Guide to Cusco

Cusco was once the capital of the Incan Empire, and is now a tourist destination visited by more than 2 million people a year. Most tourists visit Cusco as a gateway to Machu Picchu, but this beautiful city has more to offer than just a post-trek hot shower and a place to wash your hiking socks.

Lunch – Green Point

Green Point is a very highly recommended Vegan restaurant with a great value lunch set menu. Just 18 soles (about £4.50) for 4 courses and a bottomless drink. We visited twice and both times there was a salad buffet entrée, a soup starter, a choice of 2 mains, a dessert and a flavoured water drink. It was actually nice to get a meal with so many vegetables to replace some of the nutrients I may be missing from several weeks of carb-heavy Bolivian meals.

Rating – 4/5

Lunch – Chakruna Native Burger

Another great lunch option is Chakruna Native Burger who offer a lunch menu consisting of a burger, native fries (made from 5 different types of potatoes) and a drink for just 16 soles (about £3.50). I had the quinoa burger which was delicious, and one of 6 vegetarian burger options.

Rating – 3.5/5

Dinner – Beer and Burger

This small restaurant offers a build-a-burger style menu with alpaca burgers on offer. The chips were great and at just 45 soles (£10), dinner was good value. However, vegetarian options were not great so I ended up ordering just a “sandwich” with cheese, avocado and salad.

Rating – 3/5

Dinner – Tacomania

We mostly chose this place based on a TripAdvisor review that claimed we would be “tacomaniacs” to miss out on a meal here. And it was pretty good! Tacos, chimichangas, and burritos are on the menu. Plus you get some free chips and dips whilst you wait. Although expect to pay around 80 soles (£20) for dinner for two which is a little pricey for Peru!

Rating – 3.5/5

Dinner – Korma Sutra

We enjoyed dinner here with friends after returning from the Inca trail. Perhaps it was the delicious Indian food, perhaps it was sheer fatigue but I thought this place was great. The onion bhajis were tasty, and the naan breads were pretty good too. This is owned by the same people as Tacomania so having tacos first gets you a 10% discount card for Korma Sutra.
Rating – 4/5

Evening – Planetarium

We love space, so the opportunity to spend an evening stargazing and learning more about Incan astrology sounded ideal. We weren’t able to book online but read that the tour starts in a square in town, so headed there and waited. The staff were easy to find as they had planetarium signs, and we were able to hop on the bus and join the tour. The planetarium is run by a local family, and has a presentation dome where you can enjoy a projection of the stars and an astrology presentation. After the talk we were invited to go outside and stargaze, wrapped in blankets with fresh mint tea. We saw Jupiter, Saturn, clusters of stars and a star emitting 2 different colours of light. The experience lasted around 2-3 hours including transportation to and from the centre of Cusco city. It was an interesting evening, but at 75 soles (£17.50) each it was a little expensive.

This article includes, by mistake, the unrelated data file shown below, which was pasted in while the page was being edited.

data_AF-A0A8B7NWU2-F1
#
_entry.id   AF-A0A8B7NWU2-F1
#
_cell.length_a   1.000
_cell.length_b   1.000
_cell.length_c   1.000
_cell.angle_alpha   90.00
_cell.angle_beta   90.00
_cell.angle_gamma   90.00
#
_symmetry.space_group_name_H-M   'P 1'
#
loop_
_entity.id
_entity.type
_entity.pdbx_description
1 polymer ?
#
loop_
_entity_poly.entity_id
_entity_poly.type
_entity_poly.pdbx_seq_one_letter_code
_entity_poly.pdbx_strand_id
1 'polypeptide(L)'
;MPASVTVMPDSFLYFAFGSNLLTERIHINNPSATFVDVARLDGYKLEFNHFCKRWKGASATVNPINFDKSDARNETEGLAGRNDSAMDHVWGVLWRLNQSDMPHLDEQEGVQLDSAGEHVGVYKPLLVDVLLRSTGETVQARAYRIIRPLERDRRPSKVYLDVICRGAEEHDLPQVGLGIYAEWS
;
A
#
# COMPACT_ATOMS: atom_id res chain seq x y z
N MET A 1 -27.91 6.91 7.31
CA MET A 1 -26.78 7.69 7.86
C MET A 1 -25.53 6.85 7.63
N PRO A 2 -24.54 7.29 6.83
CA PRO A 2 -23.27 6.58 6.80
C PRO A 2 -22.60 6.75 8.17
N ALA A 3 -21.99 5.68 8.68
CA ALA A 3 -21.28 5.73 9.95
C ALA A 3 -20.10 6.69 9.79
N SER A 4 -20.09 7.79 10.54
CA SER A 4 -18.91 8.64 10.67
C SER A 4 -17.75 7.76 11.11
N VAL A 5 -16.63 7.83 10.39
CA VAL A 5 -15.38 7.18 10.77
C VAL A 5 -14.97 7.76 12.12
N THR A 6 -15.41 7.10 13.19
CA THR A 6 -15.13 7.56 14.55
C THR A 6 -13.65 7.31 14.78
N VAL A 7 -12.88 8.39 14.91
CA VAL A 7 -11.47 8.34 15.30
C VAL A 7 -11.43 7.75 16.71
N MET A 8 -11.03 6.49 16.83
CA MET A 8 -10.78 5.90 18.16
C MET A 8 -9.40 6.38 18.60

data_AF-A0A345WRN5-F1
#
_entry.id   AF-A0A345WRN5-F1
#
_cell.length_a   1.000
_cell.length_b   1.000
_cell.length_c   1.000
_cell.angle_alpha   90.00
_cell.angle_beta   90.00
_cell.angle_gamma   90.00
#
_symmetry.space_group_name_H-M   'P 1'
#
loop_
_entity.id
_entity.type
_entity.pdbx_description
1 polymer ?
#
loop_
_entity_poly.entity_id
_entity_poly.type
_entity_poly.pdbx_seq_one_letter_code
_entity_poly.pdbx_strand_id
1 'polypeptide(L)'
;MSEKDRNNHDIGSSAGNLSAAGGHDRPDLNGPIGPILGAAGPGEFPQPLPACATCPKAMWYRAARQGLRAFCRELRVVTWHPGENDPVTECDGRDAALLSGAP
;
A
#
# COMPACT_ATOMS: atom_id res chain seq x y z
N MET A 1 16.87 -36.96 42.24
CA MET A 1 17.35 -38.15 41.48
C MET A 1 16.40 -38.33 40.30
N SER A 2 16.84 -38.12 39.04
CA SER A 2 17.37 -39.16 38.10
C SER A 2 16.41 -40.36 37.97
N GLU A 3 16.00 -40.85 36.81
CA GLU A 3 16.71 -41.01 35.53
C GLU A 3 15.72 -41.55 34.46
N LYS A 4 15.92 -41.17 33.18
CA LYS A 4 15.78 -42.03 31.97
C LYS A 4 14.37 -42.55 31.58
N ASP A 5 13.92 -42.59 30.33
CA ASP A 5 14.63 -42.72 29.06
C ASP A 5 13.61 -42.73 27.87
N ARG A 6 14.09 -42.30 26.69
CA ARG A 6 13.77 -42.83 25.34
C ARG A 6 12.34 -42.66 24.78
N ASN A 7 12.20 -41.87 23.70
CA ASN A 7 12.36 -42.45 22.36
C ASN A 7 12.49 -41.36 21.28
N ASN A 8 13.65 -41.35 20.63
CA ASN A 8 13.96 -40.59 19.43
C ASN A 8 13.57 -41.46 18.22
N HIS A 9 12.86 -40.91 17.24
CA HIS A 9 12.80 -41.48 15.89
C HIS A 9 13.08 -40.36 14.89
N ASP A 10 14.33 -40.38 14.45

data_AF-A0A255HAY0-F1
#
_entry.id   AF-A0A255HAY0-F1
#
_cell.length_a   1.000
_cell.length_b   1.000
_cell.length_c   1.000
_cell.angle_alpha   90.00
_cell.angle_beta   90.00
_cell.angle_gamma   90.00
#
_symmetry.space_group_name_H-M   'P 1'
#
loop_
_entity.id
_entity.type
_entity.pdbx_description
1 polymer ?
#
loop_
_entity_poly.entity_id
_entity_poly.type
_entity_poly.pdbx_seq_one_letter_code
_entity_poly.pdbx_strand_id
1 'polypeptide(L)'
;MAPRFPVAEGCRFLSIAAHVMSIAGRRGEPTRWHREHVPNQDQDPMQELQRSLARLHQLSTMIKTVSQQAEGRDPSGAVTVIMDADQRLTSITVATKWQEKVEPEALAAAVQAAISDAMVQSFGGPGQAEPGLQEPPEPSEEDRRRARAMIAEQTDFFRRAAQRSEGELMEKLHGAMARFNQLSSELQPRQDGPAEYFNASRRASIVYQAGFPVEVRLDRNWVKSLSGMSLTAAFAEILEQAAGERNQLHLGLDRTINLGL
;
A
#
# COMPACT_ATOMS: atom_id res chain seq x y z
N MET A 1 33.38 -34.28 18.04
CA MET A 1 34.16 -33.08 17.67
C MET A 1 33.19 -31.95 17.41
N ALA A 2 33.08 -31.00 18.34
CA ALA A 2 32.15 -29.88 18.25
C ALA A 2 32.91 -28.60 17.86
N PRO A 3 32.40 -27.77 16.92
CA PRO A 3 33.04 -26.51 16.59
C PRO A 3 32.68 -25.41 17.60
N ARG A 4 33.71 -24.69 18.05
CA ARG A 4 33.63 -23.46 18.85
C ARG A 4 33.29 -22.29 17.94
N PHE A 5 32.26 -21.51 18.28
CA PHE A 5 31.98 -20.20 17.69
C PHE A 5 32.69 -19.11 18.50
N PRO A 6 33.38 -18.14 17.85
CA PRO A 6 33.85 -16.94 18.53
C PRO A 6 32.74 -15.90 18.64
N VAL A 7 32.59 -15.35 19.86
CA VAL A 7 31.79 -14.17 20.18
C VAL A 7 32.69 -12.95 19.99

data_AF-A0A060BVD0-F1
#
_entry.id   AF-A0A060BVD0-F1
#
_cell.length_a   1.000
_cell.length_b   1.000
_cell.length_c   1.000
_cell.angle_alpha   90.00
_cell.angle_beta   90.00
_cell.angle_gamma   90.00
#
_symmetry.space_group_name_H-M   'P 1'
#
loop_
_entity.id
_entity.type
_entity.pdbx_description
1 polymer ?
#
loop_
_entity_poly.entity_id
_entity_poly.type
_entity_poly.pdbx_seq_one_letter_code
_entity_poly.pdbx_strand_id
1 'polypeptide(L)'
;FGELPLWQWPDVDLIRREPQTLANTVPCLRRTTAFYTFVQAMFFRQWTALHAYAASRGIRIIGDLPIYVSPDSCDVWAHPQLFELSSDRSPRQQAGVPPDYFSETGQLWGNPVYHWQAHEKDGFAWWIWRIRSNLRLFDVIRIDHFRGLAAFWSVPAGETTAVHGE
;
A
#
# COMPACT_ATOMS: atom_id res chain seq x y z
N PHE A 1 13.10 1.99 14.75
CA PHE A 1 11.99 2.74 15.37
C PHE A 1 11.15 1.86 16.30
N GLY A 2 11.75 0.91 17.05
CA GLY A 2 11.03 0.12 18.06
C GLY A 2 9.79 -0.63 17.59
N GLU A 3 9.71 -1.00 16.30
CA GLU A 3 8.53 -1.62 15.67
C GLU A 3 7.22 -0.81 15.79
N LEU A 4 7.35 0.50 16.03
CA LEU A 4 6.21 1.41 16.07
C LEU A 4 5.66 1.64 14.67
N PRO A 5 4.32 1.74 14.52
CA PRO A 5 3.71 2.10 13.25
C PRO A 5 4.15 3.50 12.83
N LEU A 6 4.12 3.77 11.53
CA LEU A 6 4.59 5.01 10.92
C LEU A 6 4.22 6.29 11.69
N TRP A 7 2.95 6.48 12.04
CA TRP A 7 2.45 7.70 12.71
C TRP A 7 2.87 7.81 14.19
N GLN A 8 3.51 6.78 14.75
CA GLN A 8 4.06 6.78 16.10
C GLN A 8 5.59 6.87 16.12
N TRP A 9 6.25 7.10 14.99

Rating – 3/5

Activity – Choco Museo

With a few hours to kill one afternoon we decided to visit the chocolate museum, but discovered it’s not so much a museum as a shop. However – they do offer a chocolate making experience/workshop for just £9 each.First we learnt about the process of making chocolate, from beans to bars. Our guide, Manuel, had us laughing from beginning to end. Then we were able to create our own chocolate bars using a huge selection of different ingredients – from gummy bears and oreos to rock salt and coffee. We were given chocolate moulds (that had llamas on them) and melted chocolate, and left to get creative.

We had so much fun making our own weird and wonderful creations, and then left them in the shop’s fridge to set for an hour. On our return we were beyond excited to taste the fruits of our labour, and are disappointed to report that it was not delicious. What can I say? It’s just not the same as Cadburys.

Rating – 2.5/5

Haircut – Paris Barbers

Desperately in need of a haircut before our Inca trail trek I asked the man on our hostel reception for a recommendation. He directed us to Paris Barbers, where the barbers wear retro leather aprons, and the haircuts cost 15 soles (£3.50). I explained in very limited Spanish what I wanted and then crossed my fingers whilst I very sweet Peruvian man chopped away at my hair. Thankfully I didn’t end up completely bald, and Frazer didn’t end up with an intricate design shaved into the side of his head.

Rating – 4.5/5

Hostel – Magic Packers

Magic Packers was the cheapest hostel we had stayed in so far in Bolivia and Peru. It is just £5.50 each a night for a bed in a six bed dorm, including a free breakfast. The hostel had a really nice chilled vibe, comfy beds, big lockers for storage and hot showers. The only downside was that, as many people are staying here before/after treks, lots of people arrive late or leave very early. And when you’re trying to get as much sleep as possible before your trek, a 3am wake-up by someone opening and closing their locker at a decibel level of 6000 is not ideal.

Rating – 3.5/5

View of the City – Siete y Siete

We walked up to this cafe after reading about the fantastic views and weren’t disappointed. We only stayed for hot drinks but they have a full menu of sweet and savoury goods too!

Rating – 3.5/5

Are you planning a trip to Cusco? Read about our experience of the Inca Trail!